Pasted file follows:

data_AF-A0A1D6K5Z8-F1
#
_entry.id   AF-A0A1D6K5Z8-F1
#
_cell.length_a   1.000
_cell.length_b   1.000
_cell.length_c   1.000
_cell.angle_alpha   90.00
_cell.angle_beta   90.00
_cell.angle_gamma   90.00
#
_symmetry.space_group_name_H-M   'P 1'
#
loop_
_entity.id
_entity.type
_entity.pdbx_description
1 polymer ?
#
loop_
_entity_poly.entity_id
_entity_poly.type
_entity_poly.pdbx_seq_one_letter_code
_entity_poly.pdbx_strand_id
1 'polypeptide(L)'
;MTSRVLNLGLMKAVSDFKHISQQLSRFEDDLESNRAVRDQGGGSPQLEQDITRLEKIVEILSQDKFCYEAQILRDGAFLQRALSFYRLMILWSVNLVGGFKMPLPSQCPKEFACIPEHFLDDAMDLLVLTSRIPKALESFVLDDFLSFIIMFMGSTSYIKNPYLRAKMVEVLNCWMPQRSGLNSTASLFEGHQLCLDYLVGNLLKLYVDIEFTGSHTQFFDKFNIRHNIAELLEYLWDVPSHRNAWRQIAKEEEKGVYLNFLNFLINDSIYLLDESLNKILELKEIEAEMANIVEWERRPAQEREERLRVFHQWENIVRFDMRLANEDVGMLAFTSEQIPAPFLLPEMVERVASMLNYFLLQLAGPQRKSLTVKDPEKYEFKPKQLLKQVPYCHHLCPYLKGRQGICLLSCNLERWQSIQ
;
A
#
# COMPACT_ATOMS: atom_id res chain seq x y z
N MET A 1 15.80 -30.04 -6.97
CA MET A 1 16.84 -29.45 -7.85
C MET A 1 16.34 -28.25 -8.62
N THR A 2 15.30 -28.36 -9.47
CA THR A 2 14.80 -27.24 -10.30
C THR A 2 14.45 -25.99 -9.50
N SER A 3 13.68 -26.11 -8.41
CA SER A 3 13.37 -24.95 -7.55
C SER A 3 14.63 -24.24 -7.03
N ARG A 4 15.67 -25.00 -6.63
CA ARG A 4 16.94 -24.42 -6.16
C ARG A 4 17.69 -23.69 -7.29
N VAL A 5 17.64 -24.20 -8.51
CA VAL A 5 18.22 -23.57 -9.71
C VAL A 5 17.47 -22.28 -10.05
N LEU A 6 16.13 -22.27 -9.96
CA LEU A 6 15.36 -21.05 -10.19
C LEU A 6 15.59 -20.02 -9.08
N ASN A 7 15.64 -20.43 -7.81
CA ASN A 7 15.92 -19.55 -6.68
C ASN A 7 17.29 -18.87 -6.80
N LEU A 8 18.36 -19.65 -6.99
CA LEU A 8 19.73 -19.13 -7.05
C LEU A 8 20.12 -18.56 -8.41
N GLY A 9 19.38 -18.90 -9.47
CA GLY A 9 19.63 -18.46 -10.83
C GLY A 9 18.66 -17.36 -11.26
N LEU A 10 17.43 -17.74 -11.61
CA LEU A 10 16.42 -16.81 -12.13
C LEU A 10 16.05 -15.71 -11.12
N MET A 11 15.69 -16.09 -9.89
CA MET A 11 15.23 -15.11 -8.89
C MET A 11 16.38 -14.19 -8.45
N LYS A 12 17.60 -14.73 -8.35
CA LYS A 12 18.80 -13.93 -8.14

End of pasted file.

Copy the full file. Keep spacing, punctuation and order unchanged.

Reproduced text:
data_AF-A0A1D6K5Z8-F1
#
_entry.id   AF-A0A1D6K5Z8-F1
#
_cell.length_a   1.000
_cell.length_b   1.000
_cell.length_c   1.000
_cell.angle_alpha   90.00
_cell.angle_beta   90.00
_cell.angle_gamma   90.00
#
_symmetry.space_group_name_H-M   'P 1'
#
loop_
_entity.id
_entity.type
_entity.pdbx_description
1 polymer ?
#
loop_
_entity_poly.entity_id
_entity_poly.type
_entity_poly.pdbx_seq_one_letter_code
_entity_poly.pdbx_strand_id
1 'polypeptide(L)'
;MTSRVLNLGLMKAVSDFKHISQQLSRFEDDLESNRAVRDQGGGSPQLEQDITRLEKIVEILSQDKFCYEAQILRDGAFLQRALSFYRLMILWSVNLVGGFKMPLPSQCPKEFACIPEHFLDDAMDLLVLTSRIPKALESFVLDDFLSFIIMFMGSTSYIKNPYLRAKMVEVLNCWMPQRSGLNSTASLFEGHQLCLDYLVGNLLKLYVDIEFTGSHTQFFDKFNIRHNIAELLEYLWDVPSHRNAWRQIAKEEEKGVYLNFLNFLINDSIYLLDESLNKILELKEIEAEMANIVEWERRPAQEREERLRVFHQWENIVRFDMRLANEDVGMLAFTSEQIPAPFLLPEMVERVASMLNYFLLQLAGPQRKSLTVKDPEKYEFKPKQLLKQVPYCHHLCPYLKGRQGICLLSCNLERWQSIQ
;
A
#
# COMPACT_ATOMS: atom_id res chain seq x y z
N MET A 1 15.80 -30.04 -6.97
CA MET A 1 16.84 -29.45 -7.85
C MET A 1 16.34 -28.25 -8.62
N THR A 2 15.30 -28.36 -9.47
CA THR A 2 14.80 -27.24 -10.30
C THR A 2 14.45 -25.99 -9.50
N SER A 3 13.68 -26.11 -8.41
CA SER A 3 13.37 -24.95 -7.55
C SER A 3 14.63 -24.24 -7.03
N ARG A 4 15.67 -25.00 -6.63
CA ARG A 4 16.94 -24.42 -6.16
C ARG A 4 17.69 -23.69 -7.29
N VAL A 5 17.64 -24.20 -8.51
CA VAL A 5 18.22 -23.57 -9.71
C VAL A 5 17.47 -22.28 -10.05
N LEU A 6 16.13 -22.27 -9.96
CA LEU A 6 15.36 -21.05 -10.19
C LEU A 6 15.59 -20.02 -9.08
N ASN A 7 15.64 -20.43 -7.81
CA ASN A 7 15.92 -19.55 -6.68
C ASN A 7 17.29 -18.87 -6.80
N LEU A 8 18.36 -19.65 -6.99
CA LEU A 8 19.73 -19.13 -7.05
C LEU A 8 20.12 -18.56 -8.41
N GLY A 9 19.38 -18.90 -9.47
CA GLY A 9 19.63 -18.46 -10.83
C GLY A 9 18.66 -17.36 -11.26
N LEU A 10 17.43 -17.74 -11.61
CA LEU A 10 16.42 -16.81 -12.13
C LEU A 10 16.05 -15.71 -11.12
N MET A 11 15.69 -16.09 -9.89
CA MET A 11 15.23 -15.11 -8.89
C MET A 11 16.38 -14.19 -8.45
N LYS A 12 17.60 -14.73 -8.35
CA LYS A 12 18.80 -13.93 -8.14